• Stephan Busch

We need controlled tourism. Limitations of tourist numbers and fees charged for visits are a first s


Fees and limiting numbers

Chile limits the number of tourist visiting the Easter Islands is only the latest move this month to protect what attracts tourists. Venice will introduce a charge of 3 Euro for visitors, Spitzbergen will charge 15 Euros and who wants to visit the Island of Komo has to pay 440 Euros. Top is right now Ruanda charging 1500 Dollar for 60 minutes if you want to visit the Gorillas.

Managing the multiple challenges of open air attractions, museums and events in times of continuously increasing tourist numbers is forcing organisers and Governments to balance and control the positive and negative effects. Mass Tourism is common today. The downside, “over tourism”– the point at which the amount of tourism become unsustainable for a tourist destination– made headlines all across the world in 2017. The United Nations World Tourism Organization forecasts international tourism will increase to 1.4 billion people by 2020which will require preventive action from all stack holders.

Damage to nature

As in Thailand the Governments of some countries are now sometimes forced to

close areas fortourists to protect nature. Visitors also add wear and tear to the natural environment of a destination in the form of pollution, overuse of natural resources such as water and forests, poor waste management, and harm to wildlife, including endangered species. For example, nearly 80 percent of the reefs in Thailand’s popular Koh Khai islands have been damaged by humans.The Philippine island of Boracay will be closed to tourists for six months following concerns of damage to its once pristine shores. Earlier this year Mr. Duterte said Boracay was turning into a "cesspool" and threatened to shut it down. The island, known for its white-sand beaches, attracted nearly 2 million visitors last year. The decision has prompted concern for the thousands of people employed in Boracay's busy tourist trade. The island is home to around 500 tourism-related businesses, which drew in annual revenue of $1.07bn (£760m) last year. The move follows growing concern over the island's environmental health. Officials had warned businesses had been releasing wastewater into the surrounding waters. The island's hotels, restaurants and other tourist businesses, are accused of dumping sewage directly into the sea.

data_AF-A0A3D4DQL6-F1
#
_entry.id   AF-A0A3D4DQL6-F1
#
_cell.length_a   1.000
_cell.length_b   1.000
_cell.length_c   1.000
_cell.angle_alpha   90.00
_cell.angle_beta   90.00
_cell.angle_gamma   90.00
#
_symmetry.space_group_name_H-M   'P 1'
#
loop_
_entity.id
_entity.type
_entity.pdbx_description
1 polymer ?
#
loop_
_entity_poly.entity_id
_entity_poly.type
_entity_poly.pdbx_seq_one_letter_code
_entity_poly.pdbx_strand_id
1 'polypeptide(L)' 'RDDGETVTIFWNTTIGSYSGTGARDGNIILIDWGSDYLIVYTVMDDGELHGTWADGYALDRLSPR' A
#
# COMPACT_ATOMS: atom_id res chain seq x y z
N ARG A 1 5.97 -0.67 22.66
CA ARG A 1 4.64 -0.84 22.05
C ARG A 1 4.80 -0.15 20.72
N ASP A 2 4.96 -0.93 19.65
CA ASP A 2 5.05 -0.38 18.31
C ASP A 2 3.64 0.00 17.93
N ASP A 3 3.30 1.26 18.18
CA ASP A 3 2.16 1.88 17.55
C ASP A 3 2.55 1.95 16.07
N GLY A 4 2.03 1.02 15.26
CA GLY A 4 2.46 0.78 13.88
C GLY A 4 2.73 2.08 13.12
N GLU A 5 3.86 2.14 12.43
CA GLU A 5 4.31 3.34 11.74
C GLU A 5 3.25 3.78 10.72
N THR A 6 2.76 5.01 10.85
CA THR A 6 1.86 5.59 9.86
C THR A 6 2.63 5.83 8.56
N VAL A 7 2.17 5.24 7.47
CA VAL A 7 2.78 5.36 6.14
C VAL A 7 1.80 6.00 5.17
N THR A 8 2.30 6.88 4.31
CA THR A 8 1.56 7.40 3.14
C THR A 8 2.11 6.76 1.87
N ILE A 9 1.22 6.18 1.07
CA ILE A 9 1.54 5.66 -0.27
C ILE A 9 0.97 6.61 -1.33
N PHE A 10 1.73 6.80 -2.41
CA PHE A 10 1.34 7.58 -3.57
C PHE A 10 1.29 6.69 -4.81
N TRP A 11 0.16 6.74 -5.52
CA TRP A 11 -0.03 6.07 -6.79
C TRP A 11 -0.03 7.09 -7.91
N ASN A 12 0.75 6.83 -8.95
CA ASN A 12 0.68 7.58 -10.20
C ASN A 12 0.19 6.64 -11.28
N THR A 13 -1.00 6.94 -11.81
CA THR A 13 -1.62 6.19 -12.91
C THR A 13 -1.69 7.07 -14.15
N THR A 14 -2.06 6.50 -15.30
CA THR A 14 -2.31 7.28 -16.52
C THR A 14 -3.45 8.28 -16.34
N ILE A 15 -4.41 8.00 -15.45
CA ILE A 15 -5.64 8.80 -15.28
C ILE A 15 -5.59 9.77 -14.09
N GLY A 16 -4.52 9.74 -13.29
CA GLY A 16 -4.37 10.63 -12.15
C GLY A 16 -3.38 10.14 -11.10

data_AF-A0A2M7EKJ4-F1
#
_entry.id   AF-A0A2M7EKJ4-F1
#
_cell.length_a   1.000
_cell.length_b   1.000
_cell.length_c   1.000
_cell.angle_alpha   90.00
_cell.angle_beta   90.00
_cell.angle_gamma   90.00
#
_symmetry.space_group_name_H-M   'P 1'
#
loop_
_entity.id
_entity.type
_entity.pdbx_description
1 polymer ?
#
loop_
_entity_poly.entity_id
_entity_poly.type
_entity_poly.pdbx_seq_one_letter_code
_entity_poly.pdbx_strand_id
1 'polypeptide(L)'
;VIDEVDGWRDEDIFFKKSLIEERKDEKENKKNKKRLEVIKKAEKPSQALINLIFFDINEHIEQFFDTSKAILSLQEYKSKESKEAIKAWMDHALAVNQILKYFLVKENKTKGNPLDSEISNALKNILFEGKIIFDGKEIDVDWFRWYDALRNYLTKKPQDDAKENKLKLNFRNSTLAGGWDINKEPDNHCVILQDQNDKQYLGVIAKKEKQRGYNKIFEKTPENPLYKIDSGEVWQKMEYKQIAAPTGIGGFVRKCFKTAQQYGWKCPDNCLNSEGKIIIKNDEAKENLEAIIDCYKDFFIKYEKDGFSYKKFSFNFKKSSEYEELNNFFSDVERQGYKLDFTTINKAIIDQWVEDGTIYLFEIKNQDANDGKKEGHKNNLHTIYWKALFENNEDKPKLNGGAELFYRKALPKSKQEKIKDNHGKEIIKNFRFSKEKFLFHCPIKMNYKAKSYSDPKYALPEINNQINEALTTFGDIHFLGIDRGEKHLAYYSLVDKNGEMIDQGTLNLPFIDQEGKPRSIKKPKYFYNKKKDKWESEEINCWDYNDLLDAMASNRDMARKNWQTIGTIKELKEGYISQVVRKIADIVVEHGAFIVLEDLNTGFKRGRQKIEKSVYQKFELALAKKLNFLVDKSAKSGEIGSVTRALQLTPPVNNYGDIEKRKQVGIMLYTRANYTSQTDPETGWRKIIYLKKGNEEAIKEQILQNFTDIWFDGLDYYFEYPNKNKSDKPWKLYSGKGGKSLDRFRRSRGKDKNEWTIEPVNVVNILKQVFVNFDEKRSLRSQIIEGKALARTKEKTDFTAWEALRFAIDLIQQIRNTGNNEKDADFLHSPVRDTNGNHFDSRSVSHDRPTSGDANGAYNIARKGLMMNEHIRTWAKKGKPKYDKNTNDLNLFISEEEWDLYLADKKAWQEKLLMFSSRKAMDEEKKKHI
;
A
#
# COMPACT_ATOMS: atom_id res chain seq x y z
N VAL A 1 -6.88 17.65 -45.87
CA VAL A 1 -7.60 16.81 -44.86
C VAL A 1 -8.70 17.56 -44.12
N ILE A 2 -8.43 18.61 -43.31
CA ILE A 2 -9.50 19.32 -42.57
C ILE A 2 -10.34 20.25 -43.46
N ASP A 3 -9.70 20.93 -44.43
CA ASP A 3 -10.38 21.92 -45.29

Managing extreme tourism flows

Extreme masses of tourism can create serious crowd control problems. Crowd control of the religious tourism is an on going problem in Mecca where millions of pilgrims arrive each year. A lot of investment and planning has gone into managing the crowds but still stampedes when people get crushed to death happen almost very year. In 2015 more then 2200 Pilgrims were crushed to death during a panic ( first count from the Ministry was over 4.000 dead but was corrected as too high) - since 1990 the number of religious tourist killed in the masses, crushed to death stands at almost 5000 tourist at Mecca only.

Cruise ship passengers in Dubrovnik